A college student in the U.K. said she was able to get out of a parking ticket by using AI technology to draft a letter requesting to revoke the fine.
“I was like, ‘Oh I don’t need this fine, I’m a student’ but trying to articulate what I wanted to say was pretty difficult so I thought I’ll just see if ChatGPT can do it for me,” the 22-year-old student in York, Millie Houlton, told the BBC.
Houlton said she asked OpenAI’s ChatGPT to “please help me write a letter to the council, they gave me a parking ticket.” The ticket was for £60, or roughly $74, that the young woman said was wrongly issued after she parked on her street. She said she has a permit to park there, but was going to pay the fine until she got the idea to ask ChatGPT to draft a revocation letter.
“I put in all my details about where and when it happened, why it was wrong and my reference for the fine and it came back with this perfectly formed personalized response within minutes,” the York St John University student told the BBC.
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“It said I was a student and that I had paid for my permit for two years and I wasn’t going to deliberately park somewhere I shouldn’t,” she added.
Houlton said she was “very relieved” when the local authority revoked the fine.
OpenAI released the AI chatbot ChatGPT in November, while its latest version, GPT-4, “exhibits human-level performance on various professional and academic benchmarks.” The AI technology has since gone viral as users input information for the system to create poems, speeches and even homework assignments.
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Last week, more than 2,000 tech experts, leaders and others signed an open letter calling on AI labs to pause research for at least six months on software more powerful than GPT-4. The letter is backed by tech giants such as Elon Musk and Apple co-founder Steve Wozniak, as well as former Democratic presidential candidate Andrew Yang.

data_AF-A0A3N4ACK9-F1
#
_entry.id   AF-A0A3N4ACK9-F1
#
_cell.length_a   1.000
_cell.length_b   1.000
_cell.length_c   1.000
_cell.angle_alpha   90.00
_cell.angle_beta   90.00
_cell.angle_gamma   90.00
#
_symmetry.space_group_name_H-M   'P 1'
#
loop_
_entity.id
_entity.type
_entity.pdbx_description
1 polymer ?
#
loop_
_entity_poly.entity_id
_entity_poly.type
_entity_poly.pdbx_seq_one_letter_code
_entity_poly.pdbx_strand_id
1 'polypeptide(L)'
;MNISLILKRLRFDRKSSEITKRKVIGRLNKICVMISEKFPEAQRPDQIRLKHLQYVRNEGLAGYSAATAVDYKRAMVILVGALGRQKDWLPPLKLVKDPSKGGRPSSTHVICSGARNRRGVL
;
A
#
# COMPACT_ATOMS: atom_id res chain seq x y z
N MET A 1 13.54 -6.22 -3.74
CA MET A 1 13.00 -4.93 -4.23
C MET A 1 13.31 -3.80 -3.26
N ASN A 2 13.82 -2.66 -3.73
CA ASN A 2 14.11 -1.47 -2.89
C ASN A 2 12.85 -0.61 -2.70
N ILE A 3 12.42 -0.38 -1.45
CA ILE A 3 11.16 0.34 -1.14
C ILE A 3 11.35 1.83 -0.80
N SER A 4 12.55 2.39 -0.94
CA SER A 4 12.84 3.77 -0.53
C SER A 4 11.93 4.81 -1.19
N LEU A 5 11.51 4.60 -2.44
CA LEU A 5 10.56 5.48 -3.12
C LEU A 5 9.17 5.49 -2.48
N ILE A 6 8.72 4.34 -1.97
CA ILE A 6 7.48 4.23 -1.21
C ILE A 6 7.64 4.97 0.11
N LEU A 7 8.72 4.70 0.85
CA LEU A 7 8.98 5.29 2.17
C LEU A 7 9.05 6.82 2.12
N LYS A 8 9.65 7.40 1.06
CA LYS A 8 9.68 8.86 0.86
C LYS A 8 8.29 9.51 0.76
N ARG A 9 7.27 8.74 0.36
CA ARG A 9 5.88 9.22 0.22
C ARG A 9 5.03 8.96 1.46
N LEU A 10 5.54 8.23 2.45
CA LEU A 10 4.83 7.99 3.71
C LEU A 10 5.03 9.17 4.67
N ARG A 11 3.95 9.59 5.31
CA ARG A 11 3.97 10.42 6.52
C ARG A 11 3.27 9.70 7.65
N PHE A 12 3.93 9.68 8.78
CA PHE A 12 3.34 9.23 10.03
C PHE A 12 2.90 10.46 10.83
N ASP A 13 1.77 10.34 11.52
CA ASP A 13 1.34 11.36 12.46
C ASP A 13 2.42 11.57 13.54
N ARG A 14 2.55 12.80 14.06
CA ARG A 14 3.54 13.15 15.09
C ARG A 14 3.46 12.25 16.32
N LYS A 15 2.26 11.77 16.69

“AI systems with human-competitive intelligence can pose profound risks to society and humanity,” the letter opened.
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The CEO of OpenAI, Sam Altman, compared his firm’s work on artificial intelligence to the Manhattan Project, when the first atomic weapons were developed during World War II, according to a recent New York Times article.
“The hype over these systems – even if everything we hope for is right long term – is totally out of control for the short term,” Altman told the outlet.
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A nonprofit research group called the Center for AI and Digital Policy filed a complaint with the Federal Trade Commission last week, accusing OpenAI of violating an FTC rule prohibiting unfair and deceptive business practices. The nonprofit is calling on the FTC to investigate the AI lab and stop it from releasing additional ChatGPT software.
The software was already banned and facing an investigation in Italy by the country’s Data Protection Authority over privacy concerns.